MR. CHRISTIE: I think what the honourable member's question is, the distinction, is there going to be a distinction between commercial and not for profit, I can indicate to the honourable member that we have centres now that are commercial centres that make application and move to non-profit status. As we look at going forward, I indicated our development and our plan for the future will be with the non-profit sector. Obviously, it will be an opportunity for people to make that transition. Our goal, of course, is to provide, as we talked about earlier, the number of spaces for people and having them all across the province. That will be our goal to develop and the profit centres will be able to look at that.
In terms of the wage issue and how we are going to do that, that is the area that we are not able to announce yet because, yes, we have met with them, we have heard their concerns. We have also met with the federal government people and that is the thing we have to put the final touches on before we can announce that.
MR. PYE: I know that earlier the minister implied that his government did keep one of the blue book promises with respect to portability of daycare subsidies. Actually the portability goes with the child and not with the particular daycare, as I understand it. I do know that may be beneficial, particularly because in rural areas there may not be the sufficient daycare spaces or child care spaces that are available to people in rural communities. And not even necessarily in rural communities, but in parts of Nova Scotia that certainly may or may not be available.
I am just wondering though when your government has committed itself to portable daycare spaces, other than a direct family member, the parent, you are able to possibly have members of the family such as aunts, uncles, and so on and so forth, who may be prepared to be child care workers in the true sense because they will be looking after the child while the parent is out in the employment field, or for whatever other needs the parent may need a child care centre for.
I am wondering if that is considered by his department a good move in light of the kind of programs that are offered by early childhood daycare spaces. It is one thing to be a babysitter, it is another thing to be a child care worker. Many of the child care workers come with degrees, expertise in the field of understanding early childhood development, of knowing how to get the child off on the right foot, putting the child on the right ground so that the Minister of Community Services knows that at the end of the day, this child will not be a client on the social services rolls.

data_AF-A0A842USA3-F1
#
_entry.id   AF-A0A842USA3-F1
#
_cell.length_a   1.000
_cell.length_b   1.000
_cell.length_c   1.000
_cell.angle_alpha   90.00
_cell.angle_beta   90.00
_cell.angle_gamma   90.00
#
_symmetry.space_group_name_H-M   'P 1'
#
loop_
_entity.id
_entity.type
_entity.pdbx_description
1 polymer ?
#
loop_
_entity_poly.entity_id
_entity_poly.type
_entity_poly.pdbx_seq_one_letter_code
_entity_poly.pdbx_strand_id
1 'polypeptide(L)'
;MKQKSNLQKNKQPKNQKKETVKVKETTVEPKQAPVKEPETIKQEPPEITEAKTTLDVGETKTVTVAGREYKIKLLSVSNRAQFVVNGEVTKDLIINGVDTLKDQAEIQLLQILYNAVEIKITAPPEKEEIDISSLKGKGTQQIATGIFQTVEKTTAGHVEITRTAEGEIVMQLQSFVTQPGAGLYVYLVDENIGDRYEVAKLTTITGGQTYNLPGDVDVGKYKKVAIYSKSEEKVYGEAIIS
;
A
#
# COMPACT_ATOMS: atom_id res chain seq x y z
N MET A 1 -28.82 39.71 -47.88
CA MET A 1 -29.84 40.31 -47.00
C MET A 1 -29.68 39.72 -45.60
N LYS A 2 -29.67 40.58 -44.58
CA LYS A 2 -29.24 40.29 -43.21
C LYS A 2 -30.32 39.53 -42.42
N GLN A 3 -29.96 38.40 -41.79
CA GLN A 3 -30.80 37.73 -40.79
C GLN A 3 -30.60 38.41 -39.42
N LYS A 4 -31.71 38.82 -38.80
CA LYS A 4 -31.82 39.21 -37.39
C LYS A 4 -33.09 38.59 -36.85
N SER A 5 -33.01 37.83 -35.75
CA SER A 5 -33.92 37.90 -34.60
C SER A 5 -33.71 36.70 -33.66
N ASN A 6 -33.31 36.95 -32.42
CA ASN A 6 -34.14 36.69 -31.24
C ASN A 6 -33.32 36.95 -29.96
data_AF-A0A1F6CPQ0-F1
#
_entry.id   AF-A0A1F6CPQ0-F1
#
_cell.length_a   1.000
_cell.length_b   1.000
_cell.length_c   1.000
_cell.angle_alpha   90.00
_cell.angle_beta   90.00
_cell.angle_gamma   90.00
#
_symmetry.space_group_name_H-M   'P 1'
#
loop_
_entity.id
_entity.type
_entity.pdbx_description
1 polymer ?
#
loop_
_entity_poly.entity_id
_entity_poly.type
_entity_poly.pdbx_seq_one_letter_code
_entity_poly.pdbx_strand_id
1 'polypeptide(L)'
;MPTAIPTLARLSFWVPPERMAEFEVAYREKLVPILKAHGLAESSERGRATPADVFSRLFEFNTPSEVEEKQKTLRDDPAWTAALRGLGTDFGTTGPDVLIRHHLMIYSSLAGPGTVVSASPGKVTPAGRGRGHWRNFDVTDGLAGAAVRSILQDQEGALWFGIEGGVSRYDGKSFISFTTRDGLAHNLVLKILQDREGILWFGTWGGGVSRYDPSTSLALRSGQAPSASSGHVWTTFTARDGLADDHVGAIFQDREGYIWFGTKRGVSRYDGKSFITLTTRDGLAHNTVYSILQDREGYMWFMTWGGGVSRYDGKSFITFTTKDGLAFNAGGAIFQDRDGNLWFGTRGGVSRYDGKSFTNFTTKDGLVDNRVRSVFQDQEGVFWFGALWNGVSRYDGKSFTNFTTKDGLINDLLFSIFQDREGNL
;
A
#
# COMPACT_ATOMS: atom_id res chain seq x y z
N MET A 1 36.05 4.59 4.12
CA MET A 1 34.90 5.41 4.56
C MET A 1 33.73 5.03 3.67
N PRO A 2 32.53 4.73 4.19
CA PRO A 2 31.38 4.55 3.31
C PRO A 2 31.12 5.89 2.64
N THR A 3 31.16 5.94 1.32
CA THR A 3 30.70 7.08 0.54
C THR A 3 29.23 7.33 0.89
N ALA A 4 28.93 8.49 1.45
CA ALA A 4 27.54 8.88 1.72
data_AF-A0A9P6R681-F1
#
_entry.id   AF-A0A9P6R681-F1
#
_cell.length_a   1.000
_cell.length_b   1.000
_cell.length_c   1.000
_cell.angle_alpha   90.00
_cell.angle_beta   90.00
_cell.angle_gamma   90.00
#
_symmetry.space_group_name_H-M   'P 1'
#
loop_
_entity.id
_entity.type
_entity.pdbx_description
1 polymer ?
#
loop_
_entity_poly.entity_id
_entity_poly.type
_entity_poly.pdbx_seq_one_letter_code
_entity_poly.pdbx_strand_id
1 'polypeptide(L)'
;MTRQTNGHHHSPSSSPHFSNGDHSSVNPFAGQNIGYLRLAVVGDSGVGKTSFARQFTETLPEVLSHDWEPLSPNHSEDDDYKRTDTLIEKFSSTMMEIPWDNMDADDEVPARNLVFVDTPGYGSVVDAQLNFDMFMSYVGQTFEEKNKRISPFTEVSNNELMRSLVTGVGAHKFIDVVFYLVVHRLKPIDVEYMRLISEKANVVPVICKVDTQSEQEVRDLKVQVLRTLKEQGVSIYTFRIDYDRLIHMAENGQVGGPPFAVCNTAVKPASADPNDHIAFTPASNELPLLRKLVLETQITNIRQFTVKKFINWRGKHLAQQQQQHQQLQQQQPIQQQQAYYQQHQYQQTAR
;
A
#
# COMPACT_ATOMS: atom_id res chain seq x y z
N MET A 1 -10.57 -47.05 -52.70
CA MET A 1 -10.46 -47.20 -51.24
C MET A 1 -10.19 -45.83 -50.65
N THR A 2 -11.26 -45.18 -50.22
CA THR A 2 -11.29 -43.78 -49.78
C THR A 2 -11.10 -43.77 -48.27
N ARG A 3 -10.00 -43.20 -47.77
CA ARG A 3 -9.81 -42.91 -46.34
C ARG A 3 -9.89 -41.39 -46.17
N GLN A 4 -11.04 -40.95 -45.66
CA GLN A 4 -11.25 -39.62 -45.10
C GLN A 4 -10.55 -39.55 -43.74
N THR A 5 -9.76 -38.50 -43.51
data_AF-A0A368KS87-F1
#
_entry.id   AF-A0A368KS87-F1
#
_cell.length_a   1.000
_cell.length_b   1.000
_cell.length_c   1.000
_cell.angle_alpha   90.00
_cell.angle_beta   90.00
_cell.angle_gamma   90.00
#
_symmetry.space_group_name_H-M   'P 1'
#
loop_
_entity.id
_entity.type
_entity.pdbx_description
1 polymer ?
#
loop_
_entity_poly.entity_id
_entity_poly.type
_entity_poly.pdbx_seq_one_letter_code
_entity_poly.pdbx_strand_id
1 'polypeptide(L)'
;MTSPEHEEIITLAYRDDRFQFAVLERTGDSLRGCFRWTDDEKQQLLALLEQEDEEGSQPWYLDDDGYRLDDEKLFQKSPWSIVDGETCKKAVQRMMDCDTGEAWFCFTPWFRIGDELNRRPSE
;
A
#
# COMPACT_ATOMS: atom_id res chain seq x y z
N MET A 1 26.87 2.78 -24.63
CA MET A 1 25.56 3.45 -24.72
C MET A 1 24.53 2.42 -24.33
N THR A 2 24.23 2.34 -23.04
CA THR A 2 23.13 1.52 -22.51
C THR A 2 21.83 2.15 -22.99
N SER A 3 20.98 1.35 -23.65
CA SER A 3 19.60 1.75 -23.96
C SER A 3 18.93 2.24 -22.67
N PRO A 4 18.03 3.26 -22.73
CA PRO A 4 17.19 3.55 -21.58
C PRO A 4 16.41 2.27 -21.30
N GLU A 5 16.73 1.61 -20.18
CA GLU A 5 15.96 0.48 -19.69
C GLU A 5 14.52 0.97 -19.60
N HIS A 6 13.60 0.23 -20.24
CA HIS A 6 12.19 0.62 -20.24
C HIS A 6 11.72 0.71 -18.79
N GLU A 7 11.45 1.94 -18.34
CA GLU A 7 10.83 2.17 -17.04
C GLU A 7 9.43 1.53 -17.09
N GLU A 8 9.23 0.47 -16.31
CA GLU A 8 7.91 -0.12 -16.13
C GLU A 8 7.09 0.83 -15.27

There is this whole factor of quality child care while the child is in the custody or the care of someone for that period of time. First of all, I have some difficulty with respect to what kind of quality care might that child receive, particularly since the government is funding this sort of portable program. Number two, are there any specific qualifications for individuals to be daycare workers? What is happening here, and the picture that I received, some of them have now become glorified babysitters, if you don't mind my using that term. I don't mean to use that term in a derogatory way, but that is the way portable daycare happens to fall. It happens to fall for those people who might very well need the daycare and might have an aunt or an uncle or a sister or a brother or someone who is going to look after that child who may not have the qualifications or the expertise to do that, simply because it is portable and it gives the parent the right to select who their child care provider might be.
I think there is a serious problem with respect to wanting two things here. One, that you make sure that early childhood development - particularly when you are putting the kind of taxpayers' dollars into the program that you are putting in. One is that you want to see that child - and that child is usually from the ages of 0 to 6, as the minister has said in his statement in budget estimates. This is a significant growth period for the child. This is a significant development period for the child and there need to be people with expertise in the field so that those children don't get waylaid, that, in fact, there is an opportunity at the end of the day for them not to be grown adults who will be one day on the social services rolls.
So, I am wondering if the minister has looked into that whole portability issue, if in fact the portability issue has been brought up to him by people who are experts in early childhood intervention. If they have brought those issues up, what are the kind of problems that they may have envisaged as being part of the portable spaces available?
MR. CHRISTIE: I want to clear up one thing. The portability spaces that we have - the 100 portable spaces - must go to licensed daycares. They can be profit or non-profit. We just want to make sure that is understood. The next issue that the honourable member raised was, have you looked at a number of these issues. The answer is yes and the honourable member might know a child care expert by the name of Jane Beach. We have had Jane Beach working with us on this initiative, working at the framework, looking at all of these issues. As I indicated to the honourable member, part of the issue around the federal government program was it had to be accessible, affordable and there had to be accountability. She has brought that part to bear.